There's another issue - it's very easy to lose track of which Playlist you have active in the Timeline. I've been asking Merging for a while for them to incorporate some feature which will identify which Playlist is currently active - say, by highlighting the current Playlist in the Playlist Button > Load Playlist pop-up listing. As things are, you just have to know, and most of the time, it's easy enough to tell by looking at the Clips, or by changing to another Playlist and then changing back to the one you suspect was most likely the one you were looking at.
It gets especially confusing when you've made Copy Playlists with the same material in them.
The point of all this is to realize that Playlists will change themselves with the slightest touch. Yes, you can always UNDO, but sometimes you only discover that you made a change to a Playlist a while back, and you don't want to lose the work you've done subsequently - or maybe going back would exceed the number of available UNDOs. Just remember that if you think you'd like to make any kinds of change to the disposition of Clips on the Timeline - MAKE A COPY PLAYLIST FIRST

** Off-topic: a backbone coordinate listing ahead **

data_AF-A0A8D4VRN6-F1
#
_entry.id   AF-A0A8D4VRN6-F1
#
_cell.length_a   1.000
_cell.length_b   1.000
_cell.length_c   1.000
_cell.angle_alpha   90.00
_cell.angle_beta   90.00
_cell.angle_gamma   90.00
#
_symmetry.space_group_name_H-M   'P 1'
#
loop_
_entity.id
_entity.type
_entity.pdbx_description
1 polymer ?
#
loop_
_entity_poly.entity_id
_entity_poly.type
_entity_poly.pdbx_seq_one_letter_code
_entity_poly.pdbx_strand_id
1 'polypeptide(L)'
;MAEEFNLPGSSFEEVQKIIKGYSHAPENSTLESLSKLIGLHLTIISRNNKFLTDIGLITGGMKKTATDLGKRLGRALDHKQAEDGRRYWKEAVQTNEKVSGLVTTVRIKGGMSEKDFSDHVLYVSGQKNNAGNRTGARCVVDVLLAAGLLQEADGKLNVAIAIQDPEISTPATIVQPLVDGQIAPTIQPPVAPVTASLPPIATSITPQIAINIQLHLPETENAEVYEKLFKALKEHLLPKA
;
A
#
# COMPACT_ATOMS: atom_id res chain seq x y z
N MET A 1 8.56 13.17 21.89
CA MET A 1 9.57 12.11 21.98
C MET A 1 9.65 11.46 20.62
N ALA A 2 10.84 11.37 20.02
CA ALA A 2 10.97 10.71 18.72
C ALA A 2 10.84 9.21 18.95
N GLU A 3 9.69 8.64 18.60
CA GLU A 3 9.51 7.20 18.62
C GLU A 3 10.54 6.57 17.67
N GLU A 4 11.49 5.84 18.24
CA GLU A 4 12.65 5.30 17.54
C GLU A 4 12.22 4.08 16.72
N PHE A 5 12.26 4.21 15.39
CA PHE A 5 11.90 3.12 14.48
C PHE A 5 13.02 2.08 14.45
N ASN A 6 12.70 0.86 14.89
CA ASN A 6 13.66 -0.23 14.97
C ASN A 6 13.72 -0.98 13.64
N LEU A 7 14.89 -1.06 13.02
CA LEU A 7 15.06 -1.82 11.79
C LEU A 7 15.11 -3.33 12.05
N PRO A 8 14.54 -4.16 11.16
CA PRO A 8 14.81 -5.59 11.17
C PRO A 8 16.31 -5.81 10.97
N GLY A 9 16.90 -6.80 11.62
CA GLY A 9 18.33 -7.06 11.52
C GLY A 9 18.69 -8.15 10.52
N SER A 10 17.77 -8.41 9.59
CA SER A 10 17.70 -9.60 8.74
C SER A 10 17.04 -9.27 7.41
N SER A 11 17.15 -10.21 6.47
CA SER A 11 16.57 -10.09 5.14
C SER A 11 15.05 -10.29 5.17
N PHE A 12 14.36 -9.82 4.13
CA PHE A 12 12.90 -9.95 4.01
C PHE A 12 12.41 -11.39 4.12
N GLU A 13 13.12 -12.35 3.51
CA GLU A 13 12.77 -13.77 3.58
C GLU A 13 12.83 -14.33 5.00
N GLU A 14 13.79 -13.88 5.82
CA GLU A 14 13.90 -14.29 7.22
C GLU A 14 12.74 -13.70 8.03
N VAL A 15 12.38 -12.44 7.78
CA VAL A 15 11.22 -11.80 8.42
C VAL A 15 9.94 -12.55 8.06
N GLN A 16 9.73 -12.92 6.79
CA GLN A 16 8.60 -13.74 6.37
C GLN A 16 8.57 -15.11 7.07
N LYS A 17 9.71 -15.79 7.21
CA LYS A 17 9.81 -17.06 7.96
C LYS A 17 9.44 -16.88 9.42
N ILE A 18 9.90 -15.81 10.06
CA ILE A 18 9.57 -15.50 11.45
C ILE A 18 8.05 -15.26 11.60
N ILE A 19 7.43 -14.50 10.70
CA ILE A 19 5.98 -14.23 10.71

. In fact, make the Copy Playlist before you do anything, and then immediately go back to the original Playlist. If nothing bad happens, then great, but the worst happens, at least you have a way back.